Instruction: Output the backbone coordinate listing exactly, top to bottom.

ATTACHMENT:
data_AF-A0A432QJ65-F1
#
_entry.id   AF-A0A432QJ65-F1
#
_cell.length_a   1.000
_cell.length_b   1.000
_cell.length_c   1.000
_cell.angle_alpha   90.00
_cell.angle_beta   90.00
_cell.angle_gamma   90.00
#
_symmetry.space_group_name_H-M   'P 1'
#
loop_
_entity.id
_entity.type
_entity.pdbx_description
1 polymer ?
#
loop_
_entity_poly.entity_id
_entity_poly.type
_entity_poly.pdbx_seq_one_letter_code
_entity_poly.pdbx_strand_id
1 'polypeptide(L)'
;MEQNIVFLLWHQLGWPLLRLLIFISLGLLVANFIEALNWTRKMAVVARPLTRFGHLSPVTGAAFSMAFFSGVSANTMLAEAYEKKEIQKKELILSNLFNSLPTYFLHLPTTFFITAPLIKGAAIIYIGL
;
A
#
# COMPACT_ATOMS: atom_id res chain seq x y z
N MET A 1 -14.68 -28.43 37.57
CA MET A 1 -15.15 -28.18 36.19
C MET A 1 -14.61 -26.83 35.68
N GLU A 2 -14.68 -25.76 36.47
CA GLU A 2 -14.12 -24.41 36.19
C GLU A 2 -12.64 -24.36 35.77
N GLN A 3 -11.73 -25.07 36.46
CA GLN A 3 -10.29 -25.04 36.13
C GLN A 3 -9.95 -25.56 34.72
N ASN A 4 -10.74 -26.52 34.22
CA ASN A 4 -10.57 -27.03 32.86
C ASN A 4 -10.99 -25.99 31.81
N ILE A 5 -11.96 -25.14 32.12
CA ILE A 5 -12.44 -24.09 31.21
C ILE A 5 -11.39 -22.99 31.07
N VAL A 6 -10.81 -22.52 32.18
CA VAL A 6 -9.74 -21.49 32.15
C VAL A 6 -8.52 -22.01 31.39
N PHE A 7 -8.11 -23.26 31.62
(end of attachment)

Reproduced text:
data_AF-A0A432QJ65-F1
#
_entry.id   AF-A0A432QJ65-F1
#
_cell.length_a   1.000
_cell.length_b   1.000
_cell.length_c   1.000
_cell.angle_alpha   90.00
_cell.angle_beta   90.00
_cell.angle_gamma   90.00
#
_symmetry.space_group_name_H-M   'P 1'
#
loop_
_entity.id
_entity.type
_entity.pdbx_description
1 polymer ?
#
loop_
_entity_poly.entity_id
_entity_poly.type
_entity_poly.pdbx_seq_one_letter_code
_entity_poly.pdbx_strand_id
1 'polypeptide(L)'
;MEQNIVFLLWHQLGWPLLRLLIFISLGLLVANFIEALNWTRKMAVVARPLTRFGHLSPVTGAAFSMAFFSGVSANTMLAEAYEKKEIQKKELILSNLFNSLPTYFLHLPTTFFITAPLIKGAAIIYIGL
;
A
#
# COMPACT_ATOMS: atom_id res chain seq x y z
N MET A 1 -14.68 -28.43 37.57
CA MET A 1 -15.15 -28.18 36.19
C MET A 1 -14.61 -26.83 35.68
N GLU A 2 -14.68 -25.76 36.47
CA GLU A 2 -14.12 -24.41 36.19
C GLU A 2 -12.64 -24.36 35.77
N GLN A 3 -11.73 -25.07 36.46
CA GLN A 3 -10.29 -25.04 36.13
C GLN A 3 -9.95 -25.56 34.72
N ASN A 4 -10.74 -26.52 34.22
CA ASN A 4 -10.57 -27.03 32.86
C ASN A 4 -10.99 -25.99 31.81
N ILE A 5 -11.96 -25.14 32.12
CA ILE A 5 -12.44 -24.09 31.21
C ILE A 5 -11.39 -22.99 31.07
N VAL A 6 -10.81 -22.52 32.18
CA VAL A 6 -9.74 -21.49 32.15
C VAL A 6 -8.52 -22.01 31.39
N PHE A 7 -8.11 -23.26 31.62